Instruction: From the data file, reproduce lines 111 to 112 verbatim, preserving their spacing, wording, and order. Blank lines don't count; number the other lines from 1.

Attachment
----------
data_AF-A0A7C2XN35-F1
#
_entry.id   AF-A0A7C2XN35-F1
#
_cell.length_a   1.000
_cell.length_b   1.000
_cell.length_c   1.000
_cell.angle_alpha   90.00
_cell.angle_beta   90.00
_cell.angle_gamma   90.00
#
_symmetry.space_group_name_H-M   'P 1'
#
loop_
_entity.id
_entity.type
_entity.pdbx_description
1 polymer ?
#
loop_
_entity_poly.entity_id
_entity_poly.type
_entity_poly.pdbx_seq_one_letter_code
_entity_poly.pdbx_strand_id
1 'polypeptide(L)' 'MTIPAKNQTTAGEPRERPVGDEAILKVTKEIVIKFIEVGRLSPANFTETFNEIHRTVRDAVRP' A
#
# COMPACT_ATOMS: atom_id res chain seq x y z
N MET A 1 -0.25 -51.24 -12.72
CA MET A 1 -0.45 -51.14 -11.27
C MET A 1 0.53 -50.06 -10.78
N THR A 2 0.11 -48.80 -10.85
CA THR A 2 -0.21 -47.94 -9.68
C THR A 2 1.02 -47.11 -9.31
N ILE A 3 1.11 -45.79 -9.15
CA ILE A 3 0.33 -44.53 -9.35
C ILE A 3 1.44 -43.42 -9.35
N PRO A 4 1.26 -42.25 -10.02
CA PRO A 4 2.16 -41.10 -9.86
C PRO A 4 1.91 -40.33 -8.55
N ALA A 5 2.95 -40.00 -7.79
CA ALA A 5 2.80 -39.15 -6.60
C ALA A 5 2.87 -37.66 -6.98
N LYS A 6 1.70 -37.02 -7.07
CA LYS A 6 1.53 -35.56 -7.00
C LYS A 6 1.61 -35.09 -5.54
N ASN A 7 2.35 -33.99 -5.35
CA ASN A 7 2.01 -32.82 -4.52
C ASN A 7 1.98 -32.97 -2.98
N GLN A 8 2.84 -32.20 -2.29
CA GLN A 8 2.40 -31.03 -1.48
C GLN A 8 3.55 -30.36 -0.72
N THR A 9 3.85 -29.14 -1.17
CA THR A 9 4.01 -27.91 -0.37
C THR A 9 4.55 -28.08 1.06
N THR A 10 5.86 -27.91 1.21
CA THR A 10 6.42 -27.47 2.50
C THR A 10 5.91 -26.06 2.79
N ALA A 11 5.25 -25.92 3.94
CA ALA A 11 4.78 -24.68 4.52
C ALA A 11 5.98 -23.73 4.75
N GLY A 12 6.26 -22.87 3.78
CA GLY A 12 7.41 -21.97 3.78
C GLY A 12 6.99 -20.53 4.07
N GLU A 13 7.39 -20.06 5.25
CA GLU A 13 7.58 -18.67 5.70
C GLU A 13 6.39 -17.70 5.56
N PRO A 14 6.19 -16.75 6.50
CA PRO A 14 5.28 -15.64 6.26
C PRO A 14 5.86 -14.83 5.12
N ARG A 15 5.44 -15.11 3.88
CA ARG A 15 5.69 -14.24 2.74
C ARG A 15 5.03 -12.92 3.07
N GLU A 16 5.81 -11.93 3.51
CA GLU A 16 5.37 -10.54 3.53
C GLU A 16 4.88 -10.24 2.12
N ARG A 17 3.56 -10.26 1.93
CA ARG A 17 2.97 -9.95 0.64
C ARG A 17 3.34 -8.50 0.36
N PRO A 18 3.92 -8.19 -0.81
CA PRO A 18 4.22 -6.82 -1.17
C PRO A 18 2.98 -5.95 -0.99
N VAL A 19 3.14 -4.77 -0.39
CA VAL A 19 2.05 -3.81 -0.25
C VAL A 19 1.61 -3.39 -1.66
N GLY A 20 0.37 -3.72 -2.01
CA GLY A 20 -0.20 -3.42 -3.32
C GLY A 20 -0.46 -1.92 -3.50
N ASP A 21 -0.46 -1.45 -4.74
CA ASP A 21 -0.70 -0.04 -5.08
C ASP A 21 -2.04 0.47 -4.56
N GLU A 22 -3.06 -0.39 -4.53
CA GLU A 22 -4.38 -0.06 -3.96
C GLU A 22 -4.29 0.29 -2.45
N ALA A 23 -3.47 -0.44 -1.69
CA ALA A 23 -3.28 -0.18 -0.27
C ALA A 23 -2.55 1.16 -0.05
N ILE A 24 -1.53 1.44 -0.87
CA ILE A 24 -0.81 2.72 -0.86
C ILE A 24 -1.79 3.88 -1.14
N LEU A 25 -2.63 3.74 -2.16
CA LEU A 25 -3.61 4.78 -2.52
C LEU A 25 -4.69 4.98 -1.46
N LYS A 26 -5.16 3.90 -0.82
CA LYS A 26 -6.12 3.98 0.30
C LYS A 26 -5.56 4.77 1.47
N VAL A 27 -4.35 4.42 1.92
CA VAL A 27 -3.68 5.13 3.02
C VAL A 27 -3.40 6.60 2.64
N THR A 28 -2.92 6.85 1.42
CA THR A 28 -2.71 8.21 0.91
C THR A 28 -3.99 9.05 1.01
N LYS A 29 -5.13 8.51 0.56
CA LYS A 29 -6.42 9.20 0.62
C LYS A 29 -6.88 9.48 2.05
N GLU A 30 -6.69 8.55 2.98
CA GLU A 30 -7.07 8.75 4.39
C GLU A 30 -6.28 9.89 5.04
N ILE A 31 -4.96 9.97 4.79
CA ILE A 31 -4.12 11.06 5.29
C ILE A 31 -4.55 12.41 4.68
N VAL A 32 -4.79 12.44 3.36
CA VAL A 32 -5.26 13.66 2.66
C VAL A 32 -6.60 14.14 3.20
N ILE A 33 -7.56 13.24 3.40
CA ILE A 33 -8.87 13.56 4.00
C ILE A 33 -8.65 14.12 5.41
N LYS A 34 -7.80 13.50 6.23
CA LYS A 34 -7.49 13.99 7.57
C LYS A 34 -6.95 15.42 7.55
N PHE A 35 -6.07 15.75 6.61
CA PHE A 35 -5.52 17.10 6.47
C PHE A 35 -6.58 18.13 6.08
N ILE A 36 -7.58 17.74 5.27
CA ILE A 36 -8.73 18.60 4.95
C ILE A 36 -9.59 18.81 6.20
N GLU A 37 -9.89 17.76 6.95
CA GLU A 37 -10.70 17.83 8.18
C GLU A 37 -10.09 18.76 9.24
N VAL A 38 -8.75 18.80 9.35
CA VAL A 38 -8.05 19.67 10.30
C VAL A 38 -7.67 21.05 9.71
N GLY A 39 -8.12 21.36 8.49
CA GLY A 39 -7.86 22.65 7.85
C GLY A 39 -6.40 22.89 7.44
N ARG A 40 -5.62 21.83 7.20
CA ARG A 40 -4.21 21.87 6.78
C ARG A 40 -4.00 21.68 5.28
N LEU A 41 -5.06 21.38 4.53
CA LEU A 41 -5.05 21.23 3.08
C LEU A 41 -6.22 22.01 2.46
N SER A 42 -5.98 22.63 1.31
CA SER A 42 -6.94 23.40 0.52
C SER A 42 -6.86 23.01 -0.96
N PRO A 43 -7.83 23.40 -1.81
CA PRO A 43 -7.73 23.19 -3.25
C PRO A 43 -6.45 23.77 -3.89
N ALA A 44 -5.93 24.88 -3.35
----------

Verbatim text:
C THR A 28 -3.99 9.05 1.01
N LYS A 29 -5.13 8.51 0.56